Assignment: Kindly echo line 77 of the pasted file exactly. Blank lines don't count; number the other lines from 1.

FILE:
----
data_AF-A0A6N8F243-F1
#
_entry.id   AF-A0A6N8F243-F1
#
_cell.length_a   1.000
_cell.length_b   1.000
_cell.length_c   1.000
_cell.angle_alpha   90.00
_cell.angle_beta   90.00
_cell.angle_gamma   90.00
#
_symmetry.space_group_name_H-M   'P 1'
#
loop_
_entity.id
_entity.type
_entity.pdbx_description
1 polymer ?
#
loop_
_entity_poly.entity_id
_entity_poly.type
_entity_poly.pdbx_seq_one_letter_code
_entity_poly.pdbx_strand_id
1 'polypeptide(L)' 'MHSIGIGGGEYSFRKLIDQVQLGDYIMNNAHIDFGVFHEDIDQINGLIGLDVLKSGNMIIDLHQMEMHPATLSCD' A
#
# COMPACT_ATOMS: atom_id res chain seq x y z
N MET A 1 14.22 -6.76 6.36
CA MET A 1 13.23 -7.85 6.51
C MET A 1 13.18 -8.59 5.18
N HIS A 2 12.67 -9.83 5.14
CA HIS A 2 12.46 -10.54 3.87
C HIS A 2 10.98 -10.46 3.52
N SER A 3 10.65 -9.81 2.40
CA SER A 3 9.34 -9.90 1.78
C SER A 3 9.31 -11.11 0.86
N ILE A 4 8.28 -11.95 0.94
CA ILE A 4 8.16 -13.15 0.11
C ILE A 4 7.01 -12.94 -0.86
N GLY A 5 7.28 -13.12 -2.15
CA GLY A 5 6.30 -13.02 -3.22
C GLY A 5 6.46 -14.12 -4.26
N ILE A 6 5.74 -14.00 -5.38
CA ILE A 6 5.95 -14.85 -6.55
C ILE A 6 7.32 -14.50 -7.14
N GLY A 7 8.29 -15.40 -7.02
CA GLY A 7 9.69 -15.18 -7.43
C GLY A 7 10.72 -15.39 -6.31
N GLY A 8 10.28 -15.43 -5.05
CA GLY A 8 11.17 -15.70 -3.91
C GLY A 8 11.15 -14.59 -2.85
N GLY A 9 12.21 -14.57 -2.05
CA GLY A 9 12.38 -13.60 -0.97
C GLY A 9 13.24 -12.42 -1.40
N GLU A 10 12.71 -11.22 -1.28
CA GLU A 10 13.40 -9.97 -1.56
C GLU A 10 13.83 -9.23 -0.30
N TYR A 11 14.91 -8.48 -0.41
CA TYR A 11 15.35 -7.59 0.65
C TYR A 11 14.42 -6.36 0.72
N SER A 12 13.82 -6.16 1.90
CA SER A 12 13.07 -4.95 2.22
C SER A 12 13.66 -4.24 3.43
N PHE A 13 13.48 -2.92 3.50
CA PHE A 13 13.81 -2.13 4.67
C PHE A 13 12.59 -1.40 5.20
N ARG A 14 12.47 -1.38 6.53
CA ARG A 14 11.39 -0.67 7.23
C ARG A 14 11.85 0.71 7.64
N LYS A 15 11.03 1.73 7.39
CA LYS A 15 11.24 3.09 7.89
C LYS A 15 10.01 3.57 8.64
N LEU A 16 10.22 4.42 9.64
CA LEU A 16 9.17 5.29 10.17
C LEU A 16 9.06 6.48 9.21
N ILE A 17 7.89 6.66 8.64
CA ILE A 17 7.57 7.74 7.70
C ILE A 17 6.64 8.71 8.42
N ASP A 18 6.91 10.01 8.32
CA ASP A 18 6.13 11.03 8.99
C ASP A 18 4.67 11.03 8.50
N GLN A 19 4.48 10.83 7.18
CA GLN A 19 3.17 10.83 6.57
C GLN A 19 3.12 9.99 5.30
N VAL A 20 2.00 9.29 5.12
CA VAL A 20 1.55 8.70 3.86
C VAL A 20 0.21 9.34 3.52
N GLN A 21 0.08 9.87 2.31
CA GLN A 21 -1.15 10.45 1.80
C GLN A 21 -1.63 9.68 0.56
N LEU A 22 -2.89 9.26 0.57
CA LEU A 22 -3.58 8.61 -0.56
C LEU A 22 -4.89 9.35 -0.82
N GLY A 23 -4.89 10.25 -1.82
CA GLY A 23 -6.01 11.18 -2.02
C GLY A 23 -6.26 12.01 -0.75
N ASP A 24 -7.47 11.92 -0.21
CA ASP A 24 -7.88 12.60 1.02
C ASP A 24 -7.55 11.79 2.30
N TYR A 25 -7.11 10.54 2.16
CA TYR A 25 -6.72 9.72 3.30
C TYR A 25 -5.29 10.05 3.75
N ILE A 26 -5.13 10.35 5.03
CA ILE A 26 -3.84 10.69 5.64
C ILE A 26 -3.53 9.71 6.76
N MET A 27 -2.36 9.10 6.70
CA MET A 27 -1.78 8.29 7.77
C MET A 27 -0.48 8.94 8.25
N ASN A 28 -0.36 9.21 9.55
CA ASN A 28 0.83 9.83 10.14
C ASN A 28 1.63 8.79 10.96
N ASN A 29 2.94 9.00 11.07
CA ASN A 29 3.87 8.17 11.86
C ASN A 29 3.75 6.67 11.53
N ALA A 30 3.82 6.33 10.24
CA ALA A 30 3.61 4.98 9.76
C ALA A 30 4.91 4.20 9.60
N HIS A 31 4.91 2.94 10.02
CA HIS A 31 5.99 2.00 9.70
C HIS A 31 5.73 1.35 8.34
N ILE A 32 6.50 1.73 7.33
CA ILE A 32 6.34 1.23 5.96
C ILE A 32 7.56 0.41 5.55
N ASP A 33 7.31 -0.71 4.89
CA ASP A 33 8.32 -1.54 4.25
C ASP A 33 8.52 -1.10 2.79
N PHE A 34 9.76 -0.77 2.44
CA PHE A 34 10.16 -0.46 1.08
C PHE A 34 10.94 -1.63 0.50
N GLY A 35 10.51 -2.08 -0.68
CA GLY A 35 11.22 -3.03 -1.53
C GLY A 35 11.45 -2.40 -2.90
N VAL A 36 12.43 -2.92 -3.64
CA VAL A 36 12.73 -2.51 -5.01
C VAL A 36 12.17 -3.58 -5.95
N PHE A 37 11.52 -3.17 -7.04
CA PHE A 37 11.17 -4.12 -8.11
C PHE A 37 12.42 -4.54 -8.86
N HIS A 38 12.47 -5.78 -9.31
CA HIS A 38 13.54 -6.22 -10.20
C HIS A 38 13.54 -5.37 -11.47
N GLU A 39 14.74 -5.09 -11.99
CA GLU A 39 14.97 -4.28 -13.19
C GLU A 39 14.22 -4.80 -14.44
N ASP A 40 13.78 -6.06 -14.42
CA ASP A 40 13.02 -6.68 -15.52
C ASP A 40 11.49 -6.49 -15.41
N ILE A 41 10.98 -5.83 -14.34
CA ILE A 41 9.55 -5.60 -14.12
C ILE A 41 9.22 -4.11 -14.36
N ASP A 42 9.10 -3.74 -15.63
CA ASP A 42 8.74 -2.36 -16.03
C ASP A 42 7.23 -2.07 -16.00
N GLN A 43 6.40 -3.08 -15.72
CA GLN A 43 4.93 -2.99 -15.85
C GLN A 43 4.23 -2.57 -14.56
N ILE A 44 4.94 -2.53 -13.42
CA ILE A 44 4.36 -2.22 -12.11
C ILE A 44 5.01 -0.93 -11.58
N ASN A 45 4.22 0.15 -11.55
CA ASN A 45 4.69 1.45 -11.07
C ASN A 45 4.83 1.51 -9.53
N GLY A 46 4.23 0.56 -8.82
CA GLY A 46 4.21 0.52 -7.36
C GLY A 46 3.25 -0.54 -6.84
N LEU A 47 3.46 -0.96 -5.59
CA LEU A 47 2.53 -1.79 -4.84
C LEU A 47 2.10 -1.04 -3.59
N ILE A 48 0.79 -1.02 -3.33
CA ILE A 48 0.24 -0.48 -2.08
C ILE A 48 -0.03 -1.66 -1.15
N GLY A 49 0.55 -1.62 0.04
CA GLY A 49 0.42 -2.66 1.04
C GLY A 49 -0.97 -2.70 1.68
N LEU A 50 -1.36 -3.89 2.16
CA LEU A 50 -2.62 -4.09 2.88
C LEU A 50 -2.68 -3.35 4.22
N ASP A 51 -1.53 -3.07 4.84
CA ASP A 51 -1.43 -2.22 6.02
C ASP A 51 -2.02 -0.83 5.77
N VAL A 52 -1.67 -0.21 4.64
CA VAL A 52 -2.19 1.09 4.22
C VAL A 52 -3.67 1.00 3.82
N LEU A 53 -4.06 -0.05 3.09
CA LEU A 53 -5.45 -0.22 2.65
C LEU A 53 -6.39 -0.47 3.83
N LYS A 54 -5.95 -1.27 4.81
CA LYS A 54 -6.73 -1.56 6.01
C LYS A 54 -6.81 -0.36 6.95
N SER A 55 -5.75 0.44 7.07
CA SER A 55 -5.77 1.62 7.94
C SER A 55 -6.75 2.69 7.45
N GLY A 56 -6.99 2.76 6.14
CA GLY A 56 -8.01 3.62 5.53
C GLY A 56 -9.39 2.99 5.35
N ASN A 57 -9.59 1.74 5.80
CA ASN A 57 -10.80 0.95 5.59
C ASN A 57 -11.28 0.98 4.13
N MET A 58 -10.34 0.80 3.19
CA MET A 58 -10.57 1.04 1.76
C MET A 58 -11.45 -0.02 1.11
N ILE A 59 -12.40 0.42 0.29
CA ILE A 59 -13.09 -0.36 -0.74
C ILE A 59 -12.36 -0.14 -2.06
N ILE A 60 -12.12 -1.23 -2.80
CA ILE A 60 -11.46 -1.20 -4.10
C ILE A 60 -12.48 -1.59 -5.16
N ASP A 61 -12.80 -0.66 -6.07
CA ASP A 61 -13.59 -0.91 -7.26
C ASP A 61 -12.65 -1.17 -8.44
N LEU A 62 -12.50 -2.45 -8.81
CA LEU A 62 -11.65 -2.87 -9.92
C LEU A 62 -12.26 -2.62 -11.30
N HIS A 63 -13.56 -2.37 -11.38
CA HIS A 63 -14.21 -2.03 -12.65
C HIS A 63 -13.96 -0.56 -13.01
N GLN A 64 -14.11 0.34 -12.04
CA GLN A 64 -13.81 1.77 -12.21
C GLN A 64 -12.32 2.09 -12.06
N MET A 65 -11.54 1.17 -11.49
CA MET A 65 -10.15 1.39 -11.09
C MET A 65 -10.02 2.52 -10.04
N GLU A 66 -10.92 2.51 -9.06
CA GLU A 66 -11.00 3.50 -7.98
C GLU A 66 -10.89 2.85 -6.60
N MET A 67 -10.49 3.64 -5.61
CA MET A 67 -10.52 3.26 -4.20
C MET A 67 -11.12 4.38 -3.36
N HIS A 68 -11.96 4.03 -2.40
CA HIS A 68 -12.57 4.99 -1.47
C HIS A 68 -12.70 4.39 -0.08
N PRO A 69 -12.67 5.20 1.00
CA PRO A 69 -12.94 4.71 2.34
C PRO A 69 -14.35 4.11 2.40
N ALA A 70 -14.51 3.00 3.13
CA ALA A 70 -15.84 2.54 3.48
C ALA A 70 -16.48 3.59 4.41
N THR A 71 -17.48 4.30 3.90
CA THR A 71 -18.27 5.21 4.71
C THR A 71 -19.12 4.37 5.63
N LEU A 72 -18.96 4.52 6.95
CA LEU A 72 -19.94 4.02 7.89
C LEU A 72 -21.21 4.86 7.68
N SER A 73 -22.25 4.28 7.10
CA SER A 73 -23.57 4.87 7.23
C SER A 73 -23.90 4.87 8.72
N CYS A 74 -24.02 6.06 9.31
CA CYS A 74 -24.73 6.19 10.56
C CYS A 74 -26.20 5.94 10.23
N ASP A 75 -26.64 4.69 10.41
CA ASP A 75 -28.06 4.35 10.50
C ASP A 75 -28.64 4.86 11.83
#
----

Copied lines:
CA ILE A 17 7.57 7.74 7.70